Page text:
Irritability Digestive problems


Changes in appetite or eating habits
Constant worry Headaches Using avoidance tactics, like procrastination
Forgetfulness Sleep problems Increased use of substances like drugs or alcohol to cope
Inability to focus Weight gain or loss


Habits like nail biting, fidgeting and inability to sit still
Mental fog Low energy Menstrual problems
Feeling Depressed Aches, pains, or muscle tension Skin and hair problems
Feeling unmotivated High heart rate Exercising less and/or napping more
Fatigue Clenched jaw or grinding of the teeth Avoiding spending time with others
  Frequent colds or signs of a weakened immune system  
  Trembles, ringing in the ears, and/or cold or clammy hands or feet  


How to Combat Becoming Overwhelmed with Stress

If you are struggling with one or more symptoms of stress, there are active steps you can take to offset its effects in your life with proper management techniques. The easiest stress management technique is to focus on the aspects of your life you can control, such as your schedule or how you spend your time. Some things like work events or required school functions, you may not have much control over attending; however, you can control your free time. If you tend to say yes, or over-commit yourself, do your best to practice minimizing your commitments, and maximizing your free time to take care of yourself. If you feel as if an empty calendar stresses you out just as much as a full one does, it could be helpful to schedule time for yourself. For example, enter in time for a movie night with friends or family, or even yourself if your social battery is drained. Scheduling intentional rest time, days off, or just time to do what you enjoy will help your mind and body recharge and decompress from stress.

Try These Simple Stress Management Techniques:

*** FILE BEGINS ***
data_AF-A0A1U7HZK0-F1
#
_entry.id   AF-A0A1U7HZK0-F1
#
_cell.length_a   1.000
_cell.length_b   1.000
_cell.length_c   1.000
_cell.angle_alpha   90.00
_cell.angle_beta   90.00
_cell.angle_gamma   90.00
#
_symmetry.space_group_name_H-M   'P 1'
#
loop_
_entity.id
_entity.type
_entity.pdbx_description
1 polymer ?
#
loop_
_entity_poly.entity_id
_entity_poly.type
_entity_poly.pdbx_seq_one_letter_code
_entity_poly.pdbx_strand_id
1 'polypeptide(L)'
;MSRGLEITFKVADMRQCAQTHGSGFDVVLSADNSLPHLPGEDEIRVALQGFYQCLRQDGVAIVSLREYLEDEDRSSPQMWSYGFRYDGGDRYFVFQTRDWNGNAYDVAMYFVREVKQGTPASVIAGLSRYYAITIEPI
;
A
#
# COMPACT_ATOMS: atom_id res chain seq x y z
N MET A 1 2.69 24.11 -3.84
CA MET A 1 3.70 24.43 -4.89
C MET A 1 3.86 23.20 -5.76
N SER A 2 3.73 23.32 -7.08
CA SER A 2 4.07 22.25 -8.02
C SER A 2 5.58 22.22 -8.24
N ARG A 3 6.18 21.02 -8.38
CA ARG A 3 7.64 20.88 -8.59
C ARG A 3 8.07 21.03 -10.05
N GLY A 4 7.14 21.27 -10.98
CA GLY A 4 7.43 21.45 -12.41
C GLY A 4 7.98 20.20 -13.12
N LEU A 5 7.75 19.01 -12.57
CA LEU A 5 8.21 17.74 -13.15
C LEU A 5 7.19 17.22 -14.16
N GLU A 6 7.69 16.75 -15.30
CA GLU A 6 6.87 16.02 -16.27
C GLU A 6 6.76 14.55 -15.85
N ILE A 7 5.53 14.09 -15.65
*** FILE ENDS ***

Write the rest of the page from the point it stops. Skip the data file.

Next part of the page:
• Breathing exercises or meditation
  • Regular light exercise like yoga or walking in nature
  • Watching a movie or reading a book
  • Spending time with family and friends
  • Spend time engaging in one of your hobbies
  • Utilize creative outlets like art-making, making or playing music, or building something
  • Journaling about what is causing stress or your thoughts and emotions
  • Eating a balanced diet
  • Getting the recommended 7-8 hours of sleep each night
  • Self-care


Some Stress in Life Is Unavoidable, but Manageable with Support

Life can be difficult; it’s full of seasons of love and loss, fast pace and slow pace, great joy, and unbearable sorrow. Unexpected or uncontrollable stressful life events can leave someone unsure of where to turn for support. A 2023 survey conducted by The American Psychological Association, showed that 36% of adults don’t know where to start when it comes to managing their stress, and 33% said they feel completely stressed out no matter what they do to manage their stress.

If you resonate with this, the best step would be to reach out for professional guidance. Getting support from a licensed counselor or therapist will help you process your stress in a healthy way, learn more in-depth stress management techniques, and equip you to be more adaptive and resilient to current and future stressors. The American Psychological Association confirms that “Coping with long-term stress requires a different set of skills than adjusting to temporary stressors.” The best way to obtain that skill set is to get guidance from a mental health professional. Always reach out for help when you feel too stressed to know what to do.


SunCloud Health Can Help

If you are ready to seek professional support for your stress, we can help. The experts at SunCloud Health are here to help you identify the root causes of your stress and empower you to learn how to cope and overcome it. As a leader in the treatment of mental health disorders, eating disorders, and substance use disorders, we have the facilities and the multi-disciplinary teams to meet your needs. We have various levels of care and an admission staff that can recommend which level is best for you.

If you’re feeling overwhelmed or stressed out, remember you are not alone.

Reach out today for support.

Call (844) 576-0279 or contact us online: https://suncloudhealth.com/contact-us